Saudi Arabia, the UAE, the UK and the US have come together to voice their concerns over Iran’s role in sowing discord in Yemen and the Middle East.
The members said that the recent escalation in Houthi attacks on Saudi Arabia, using Iranian-made missiles and drones, was of great concern.
They condemned the Houthi attack on the civilian airport in Abha on June 12, in which 26 civilians were wounded.
The four countries called for an immediate end to attacks by the Houthis and noted that the World Food Programme has been forced to suspend food deliveries to Sanaa because the rebels had been stealing aid.
“We call on the Houthis to immediately end all restrictions on aid agencies to ensure the delivery of life-saving assistance to those Yemenis most in need,” the nations said.
“We reiterate our commitment to the Yemeni peace process and relevant Security Council resolutions. We express our full support for the UN special envoy, Martin Griffiths.”
The countries called on the rebels to engage constructively with Mr Griffiths on the implementation of the agreements reached in Stockholm.
The Houthis should enable full and unhindered access for the UN, the four countries said.
“We call on the Houthis to withdraw fully from the ports of Hodeidah, Ras Isa and Saleef," the four nations said.
"We look to the Security Council to review progress when they meet on July 17."
The four countries warned of dangers linked to Iran in the broader region, including attacks on the oil tankers at Fujairah on May 12 and in the Gulf of Oman on June 13.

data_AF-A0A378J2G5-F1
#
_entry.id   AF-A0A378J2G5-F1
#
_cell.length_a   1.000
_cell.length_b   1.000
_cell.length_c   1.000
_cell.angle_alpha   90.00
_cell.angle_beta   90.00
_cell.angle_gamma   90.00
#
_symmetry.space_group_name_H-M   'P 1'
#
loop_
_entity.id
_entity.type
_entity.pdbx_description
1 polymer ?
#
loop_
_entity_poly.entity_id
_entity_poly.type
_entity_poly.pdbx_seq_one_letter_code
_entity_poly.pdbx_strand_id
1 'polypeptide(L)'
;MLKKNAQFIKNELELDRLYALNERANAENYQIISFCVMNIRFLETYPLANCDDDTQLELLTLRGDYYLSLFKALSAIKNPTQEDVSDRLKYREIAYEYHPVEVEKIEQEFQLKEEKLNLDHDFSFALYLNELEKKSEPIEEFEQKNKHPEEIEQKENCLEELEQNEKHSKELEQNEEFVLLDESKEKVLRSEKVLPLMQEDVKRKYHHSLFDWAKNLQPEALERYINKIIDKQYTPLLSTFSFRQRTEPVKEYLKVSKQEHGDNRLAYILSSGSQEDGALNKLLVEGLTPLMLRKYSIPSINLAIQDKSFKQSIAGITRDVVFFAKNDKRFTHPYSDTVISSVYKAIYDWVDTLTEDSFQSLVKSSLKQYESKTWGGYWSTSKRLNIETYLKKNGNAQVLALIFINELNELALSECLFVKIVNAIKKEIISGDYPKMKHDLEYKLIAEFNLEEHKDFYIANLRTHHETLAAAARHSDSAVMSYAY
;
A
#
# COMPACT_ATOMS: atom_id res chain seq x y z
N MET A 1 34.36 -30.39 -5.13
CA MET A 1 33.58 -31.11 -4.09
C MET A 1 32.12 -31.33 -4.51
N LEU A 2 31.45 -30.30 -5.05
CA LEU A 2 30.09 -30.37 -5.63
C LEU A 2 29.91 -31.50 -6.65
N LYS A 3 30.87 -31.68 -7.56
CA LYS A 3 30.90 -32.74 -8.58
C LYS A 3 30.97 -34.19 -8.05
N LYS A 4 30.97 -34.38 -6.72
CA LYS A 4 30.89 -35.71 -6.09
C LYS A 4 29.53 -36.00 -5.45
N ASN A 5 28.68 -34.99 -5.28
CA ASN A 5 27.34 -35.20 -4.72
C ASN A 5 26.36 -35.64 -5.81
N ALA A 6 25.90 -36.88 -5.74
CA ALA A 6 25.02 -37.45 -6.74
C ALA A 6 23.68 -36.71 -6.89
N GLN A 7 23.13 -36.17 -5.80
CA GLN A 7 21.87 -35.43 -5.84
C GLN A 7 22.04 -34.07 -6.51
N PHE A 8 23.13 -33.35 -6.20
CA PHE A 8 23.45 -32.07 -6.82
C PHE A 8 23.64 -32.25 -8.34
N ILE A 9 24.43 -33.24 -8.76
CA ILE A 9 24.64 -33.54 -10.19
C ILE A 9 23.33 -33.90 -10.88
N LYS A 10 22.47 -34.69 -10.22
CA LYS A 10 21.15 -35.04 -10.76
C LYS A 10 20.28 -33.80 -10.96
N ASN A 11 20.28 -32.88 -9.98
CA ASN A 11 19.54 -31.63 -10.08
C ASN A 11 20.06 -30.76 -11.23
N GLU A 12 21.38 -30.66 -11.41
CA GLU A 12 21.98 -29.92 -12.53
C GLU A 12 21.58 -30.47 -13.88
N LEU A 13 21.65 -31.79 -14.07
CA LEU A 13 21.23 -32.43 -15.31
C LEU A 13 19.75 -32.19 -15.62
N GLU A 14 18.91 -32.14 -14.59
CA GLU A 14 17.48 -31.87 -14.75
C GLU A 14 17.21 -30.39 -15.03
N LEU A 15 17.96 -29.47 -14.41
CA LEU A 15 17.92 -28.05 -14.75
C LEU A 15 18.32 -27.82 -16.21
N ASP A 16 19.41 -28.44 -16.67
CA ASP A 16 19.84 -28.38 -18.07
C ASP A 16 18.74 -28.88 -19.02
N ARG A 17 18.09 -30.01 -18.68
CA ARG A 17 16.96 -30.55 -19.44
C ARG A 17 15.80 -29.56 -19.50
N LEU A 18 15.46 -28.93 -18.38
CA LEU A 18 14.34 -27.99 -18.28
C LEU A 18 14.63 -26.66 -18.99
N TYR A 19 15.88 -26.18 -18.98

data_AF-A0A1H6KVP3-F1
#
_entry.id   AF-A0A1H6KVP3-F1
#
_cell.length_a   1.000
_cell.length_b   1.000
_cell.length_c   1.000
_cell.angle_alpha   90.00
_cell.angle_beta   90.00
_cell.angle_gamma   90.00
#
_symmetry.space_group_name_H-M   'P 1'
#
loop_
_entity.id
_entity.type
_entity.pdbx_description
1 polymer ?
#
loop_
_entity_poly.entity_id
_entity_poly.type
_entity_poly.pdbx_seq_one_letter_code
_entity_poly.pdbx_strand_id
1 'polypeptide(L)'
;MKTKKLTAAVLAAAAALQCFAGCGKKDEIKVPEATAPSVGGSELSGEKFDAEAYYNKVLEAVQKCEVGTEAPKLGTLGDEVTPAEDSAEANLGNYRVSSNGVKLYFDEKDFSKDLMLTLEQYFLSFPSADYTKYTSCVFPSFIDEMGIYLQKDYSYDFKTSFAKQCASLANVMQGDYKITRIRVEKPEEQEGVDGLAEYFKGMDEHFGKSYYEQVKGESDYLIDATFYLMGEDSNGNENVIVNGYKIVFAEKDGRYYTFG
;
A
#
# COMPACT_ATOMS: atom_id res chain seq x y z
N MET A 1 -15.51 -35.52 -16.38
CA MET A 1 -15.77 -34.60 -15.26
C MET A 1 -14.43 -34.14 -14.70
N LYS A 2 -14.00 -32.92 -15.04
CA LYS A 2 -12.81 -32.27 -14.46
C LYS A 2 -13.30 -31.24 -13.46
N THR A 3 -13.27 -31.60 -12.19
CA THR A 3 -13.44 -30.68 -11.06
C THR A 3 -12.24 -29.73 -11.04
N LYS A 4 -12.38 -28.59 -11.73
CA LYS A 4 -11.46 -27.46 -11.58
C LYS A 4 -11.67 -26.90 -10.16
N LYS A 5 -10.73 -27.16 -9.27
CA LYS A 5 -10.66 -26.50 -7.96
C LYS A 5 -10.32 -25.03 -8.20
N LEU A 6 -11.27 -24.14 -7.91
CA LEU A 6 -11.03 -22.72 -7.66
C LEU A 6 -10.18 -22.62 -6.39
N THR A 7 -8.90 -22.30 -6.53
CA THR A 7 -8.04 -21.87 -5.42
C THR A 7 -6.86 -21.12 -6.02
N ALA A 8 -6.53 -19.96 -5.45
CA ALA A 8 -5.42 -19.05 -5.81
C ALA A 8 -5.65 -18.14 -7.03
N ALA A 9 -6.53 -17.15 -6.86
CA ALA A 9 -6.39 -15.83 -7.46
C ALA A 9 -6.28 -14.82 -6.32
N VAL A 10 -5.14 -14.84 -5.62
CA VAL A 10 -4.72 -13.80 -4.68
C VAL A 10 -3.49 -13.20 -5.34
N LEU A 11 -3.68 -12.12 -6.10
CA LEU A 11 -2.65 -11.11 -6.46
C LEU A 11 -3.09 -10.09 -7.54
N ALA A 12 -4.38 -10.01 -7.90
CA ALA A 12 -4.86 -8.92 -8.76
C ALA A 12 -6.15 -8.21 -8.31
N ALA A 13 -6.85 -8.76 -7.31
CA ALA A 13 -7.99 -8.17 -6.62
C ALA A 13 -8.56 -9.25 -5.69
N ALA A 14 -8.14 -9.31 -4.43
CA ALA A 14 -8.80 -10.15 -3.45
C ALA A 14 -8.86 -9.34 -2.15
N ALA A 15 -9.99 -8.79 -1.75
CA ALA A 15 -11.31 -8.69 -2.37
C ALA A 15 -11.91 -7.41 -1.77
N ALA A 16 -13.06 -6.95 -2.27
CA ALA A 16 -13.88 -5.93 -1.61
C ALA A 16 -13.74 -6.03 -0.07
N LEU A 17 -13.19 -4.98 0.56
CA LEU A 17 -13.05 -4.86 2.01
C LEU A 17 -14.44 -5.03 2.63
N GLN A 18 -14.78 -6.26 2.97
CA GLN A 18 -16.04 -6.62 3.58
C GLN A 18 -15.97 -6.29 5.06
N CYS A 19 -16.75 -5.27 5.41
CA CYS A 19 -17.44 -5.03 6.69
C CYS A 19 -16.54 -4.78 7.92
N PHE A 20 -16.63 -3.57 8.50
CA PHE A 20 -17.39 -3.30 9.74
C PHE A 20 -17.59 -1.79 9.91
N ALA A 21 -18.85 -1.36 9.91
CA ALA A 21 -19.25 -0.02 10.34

The countries believed Iran was behind the attacks.
“These attacks threaten the international waterways that we all rely on for shipping," they said. "Ships and their crews must be allowed to pass through international waters safely.
"We call on Iran to halt any further action that threatens regional stability, and urge diplomatic solutions to de-escalate tensions.”
Tehran said it shot down a US drone on Thursday. The US says the drone was flying in international airspace over the Strait of Hormuz.
US President Donald Trump was taking military retaliation against Iran after the attacks but he pulled out, saying planned strikes would have killed at least 150 people.
Instead, Mr Trump reportedly ordered a cyber attack to disable computer systems controlling rocket and missile launchers, and was set to impose new sanctions on Tehran on Monday.